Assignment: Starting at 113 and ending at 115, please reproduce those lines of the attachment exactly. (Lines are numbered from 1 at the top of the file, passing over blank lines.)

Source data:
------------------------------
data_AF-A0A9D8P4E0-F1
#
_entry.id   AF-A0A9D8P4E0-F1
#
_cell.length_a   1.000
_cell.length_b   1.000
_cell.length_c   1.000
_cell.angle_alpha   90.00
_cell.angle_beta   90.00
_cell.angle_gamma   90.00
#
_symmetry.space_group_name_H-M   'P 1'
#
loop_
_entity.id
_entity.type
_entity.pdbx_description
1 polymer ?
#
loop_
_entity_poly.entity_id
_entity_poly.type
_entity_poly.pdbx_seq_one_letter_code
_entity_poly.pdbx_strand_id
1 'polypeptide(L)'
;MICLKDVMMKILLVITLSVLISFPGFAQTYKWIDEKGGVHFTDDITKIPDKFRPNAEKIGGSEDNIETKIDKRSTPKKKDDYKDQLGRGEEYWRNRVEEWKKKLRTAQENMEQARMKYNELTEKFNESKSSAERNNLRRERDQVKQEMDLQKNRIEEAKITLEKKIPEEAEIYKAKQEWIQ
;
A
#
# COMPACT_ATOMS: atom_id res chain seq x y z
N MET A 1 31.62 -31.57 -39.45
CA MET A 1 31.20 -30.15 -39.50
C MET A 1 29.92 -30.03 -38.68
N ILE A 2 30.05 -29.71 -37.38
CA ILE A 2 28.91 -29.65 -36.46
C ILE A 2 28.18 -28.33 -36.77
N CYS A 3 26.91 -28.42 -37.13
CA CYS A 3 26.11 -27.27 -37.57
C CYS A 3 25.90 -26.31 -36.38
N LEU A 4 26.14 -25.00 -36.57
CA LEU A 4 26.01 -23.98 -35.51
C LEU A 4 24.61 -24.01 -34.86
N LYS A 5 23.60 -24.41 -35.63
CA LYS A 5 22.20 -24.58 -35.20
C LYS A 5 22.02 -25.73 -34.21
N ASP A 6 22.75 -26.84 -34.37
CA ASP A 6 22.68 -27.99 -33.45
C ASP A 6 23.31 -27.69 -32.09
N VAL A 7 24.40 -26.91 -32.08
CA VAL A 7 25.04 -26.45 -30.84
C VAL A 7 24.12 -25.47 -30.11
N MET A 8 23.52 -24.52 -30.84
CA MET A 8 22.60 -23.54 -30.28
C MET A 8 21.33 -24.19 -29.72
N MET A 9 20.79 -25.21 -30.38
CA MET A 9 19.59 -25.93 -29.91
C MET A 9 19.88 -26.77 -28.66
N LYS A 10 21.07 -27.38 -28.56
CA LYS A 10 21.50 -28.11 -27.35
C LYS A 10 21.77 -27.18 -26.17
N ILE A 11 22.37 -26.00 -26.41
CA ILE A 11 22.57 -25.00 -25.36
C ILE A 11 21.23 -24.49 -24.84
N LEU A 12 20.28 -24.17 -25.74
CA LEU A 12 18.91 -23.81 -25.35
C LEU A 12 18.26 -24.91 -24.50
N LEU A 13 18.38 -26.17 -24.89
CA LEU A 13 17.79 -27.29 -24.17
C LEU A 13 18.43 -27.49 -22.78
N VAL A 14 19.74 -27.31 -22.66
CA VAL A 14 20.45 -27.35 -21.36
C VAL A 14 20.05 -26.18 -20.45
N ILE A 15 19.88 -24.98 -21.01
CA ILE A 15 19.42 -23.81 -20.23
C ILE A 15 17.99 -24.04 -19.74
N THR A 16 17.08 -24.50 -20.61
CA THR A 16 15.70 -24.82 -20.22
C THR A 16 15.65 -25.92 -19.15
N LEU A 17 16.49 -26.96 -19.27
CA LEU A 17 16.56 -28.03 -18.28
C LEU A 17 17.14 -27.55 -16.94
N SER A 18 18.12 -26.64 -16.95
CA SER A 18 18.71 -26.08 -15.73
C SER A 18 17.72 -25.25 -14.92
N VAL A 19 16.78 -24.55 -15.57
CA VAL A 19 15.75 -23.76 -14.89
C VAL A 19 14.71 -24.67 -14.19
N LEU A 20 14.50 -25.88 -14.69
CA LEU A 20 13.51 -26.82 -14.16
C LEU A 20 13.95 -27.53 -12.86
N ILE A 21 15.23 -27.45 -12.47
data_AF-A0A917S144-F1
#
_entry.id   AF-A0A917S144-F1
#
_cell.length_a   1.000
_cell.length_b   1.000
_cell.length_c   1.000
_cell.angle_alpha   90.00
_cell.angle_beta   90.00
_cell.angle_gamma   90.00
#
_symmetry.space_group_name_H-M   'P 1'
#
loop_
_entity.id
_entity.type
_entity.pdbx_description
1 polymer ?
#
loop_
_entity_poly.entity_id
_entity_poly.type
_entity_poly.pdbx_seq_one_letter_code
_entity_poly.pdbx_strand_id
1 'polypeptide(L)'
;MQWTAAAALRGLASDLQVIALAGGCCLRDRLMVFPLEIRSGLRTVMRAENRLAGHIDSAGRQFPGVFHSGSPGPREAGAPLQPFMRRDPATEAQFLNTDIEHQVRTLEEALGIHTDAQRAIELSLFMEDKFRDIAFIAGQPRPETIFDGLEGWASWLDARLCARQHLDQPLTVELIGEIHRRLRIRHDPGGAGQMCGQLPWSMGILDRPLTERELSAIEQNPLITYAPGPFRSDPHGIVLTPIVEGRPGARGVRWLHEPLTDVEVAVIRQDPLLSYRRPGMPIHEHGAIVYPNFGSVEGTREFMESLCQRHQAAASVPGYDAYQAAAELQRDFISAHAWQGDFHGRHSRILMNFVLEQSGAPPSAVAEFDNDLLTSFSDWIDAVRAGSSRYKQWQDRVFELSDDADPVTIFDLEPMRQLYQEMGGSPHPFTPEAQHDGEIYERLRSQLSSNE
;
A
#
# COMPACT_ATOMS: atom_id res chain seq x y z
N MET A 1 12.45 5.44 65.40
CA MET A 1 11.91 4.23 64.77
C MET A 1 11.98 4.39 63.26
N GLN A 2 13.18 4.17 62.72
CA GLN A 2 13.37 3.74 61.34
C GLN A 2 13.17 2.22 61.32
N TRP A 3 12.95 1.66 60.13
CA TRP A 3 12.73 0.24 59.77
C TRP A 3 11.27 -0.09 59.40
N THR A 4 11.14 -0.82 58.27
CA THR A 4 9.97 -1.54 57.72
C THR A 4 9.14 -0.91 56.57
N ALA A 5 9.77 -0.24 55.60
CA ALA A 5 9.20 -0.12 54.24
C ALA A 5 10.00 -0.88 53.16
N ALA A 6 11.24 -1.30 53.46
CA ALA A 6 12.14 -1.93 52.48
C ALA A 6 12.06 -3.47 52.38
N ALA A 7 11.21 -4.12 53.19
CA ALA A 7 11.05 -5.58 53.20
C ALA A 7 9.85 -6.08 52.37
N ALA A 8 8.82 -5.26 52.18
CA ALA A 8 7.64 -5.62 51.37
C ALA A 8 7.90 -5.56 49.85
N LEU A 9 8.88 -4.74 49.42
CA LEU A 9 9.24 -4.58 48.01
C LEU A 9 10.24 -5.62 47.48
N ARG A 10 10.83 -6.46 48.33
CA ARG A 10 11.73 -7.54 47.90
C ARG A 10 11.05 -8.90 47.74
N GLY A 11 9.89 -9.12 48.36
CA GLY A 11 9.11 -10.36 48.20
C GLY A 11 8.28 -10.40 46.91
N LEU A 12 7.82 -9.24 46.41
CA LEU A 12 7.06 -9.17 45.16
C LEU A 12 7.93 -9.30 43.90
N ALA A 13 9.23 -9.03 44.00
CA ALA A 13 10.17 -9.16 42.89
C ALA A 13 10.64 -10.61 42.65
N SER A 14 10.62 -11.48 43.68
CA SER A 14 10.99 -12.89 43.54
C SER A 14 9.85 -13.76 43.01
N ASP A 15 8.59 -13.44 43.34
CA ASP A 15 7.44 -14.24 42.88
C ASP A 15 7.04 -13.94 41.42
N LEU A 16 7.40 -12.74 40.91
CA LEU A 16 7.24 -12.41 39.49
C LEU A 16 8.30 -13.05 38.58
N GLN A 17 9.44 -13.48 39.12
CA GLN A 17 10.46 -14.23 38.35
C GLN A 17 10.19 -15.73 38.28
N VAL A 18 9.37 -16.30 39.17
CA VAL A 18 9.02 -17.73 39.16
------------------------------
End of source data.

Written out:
_entity_poly.type
_entity_poly.pdbx_seq_one_letter_code
_entity_poly.pdbx_strand_id